X with ASL
 Process to configure the secure ASL kernel to run X11/Xorg
Note: All these commands must be run as root. To become root, run this command "su -". The command "su" does not log or change an account into the root user, it just gives that user root privileges, which is not the same as "becoming root" and will cause all sorts of things not work correctly.
If X is already working for you, skip to step 4.
Step 1: Make sure you have X working first.
Note: This step is provided as a courtesy. X is not part of ASL, its part of your operating system. If you can not get X installed on your system, please contact your operating system vendor.
If X is not working on your system already, boot into a non-ASL kernel and setup X. This "how to" can not possibly cover every possible issue involved in getting X to work, so please contact your OS vendor if you do not know to install and configure X.
First, if you did a minimal install, you are likely missing a lot of components X needs to work, and we mean a LOT, so be prepared for hundreds of packages to be installed. If this sounds like your system, then you will also need to make sure you have all of X installed and working before you try to use X with a secure kernel.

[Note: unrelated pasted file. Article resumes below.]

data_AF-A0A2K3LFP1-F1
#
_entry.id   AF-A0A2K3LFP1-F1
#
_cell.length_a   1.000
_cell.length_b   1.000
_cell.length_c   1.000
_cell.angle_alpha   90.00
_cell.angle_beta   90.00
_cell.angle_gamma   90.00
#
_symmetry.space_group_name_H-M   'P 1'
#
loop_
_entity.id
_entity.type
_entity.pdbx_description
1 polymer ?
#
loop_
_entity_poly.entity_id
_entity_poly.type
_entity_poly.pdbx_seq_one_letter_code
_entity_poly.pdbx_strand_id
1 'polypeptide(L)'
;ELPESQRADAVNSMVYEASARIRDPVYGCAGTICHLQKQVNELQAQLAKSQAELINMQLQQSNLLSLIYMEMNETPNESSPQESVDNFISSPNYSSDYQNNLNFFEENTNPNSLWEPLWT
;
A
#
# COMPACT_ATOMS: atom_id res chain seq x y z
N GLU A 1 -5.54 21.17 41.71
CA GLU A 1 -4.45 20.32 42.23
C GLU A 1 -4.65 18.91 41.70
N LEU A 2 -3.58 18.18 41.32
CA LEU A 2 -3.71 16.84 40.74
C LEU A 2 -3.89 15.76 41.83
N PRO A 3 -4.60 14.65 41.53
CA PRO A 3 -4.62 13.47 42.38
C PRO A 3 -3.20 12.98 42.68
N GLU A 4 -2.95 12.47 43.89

If didn't do a minimal install, and you don't have X working now, then you are also likely missing a lot of packages. X is a very complex piece of software and you need lots of things to make it work.
So, if you do not have X installed, you will need to install the entire group. On Centos, Redhat or Fedora the command is:
yum groupinstall "X Window System" "GNOME Desktop Environment"
or if you prefer KDE as opposed to Gnome:
yum groupinstall "X Window System" "KDE (K Desktop Environment)"
This will install a lot of packages (see the comment on resources that X uses below, you can probably add disk space to that list too) and may take a long time, be patient. If this does not work for your system, contact your OS vendor. Getting X working without the secure kernel is not an ASL issue.
During the install, X may start - don't reboot the system yet! Check to make sure yum is actually finished. To get the system back to the console, hit the keys "Ctrl+Alt+F1". This will take you back to the console where your yum groupinstall should be still running. Keep an eye on the yum process to make sure it finishes. Its likely to be only about 1/2 to 2/3rds thru the process at this point.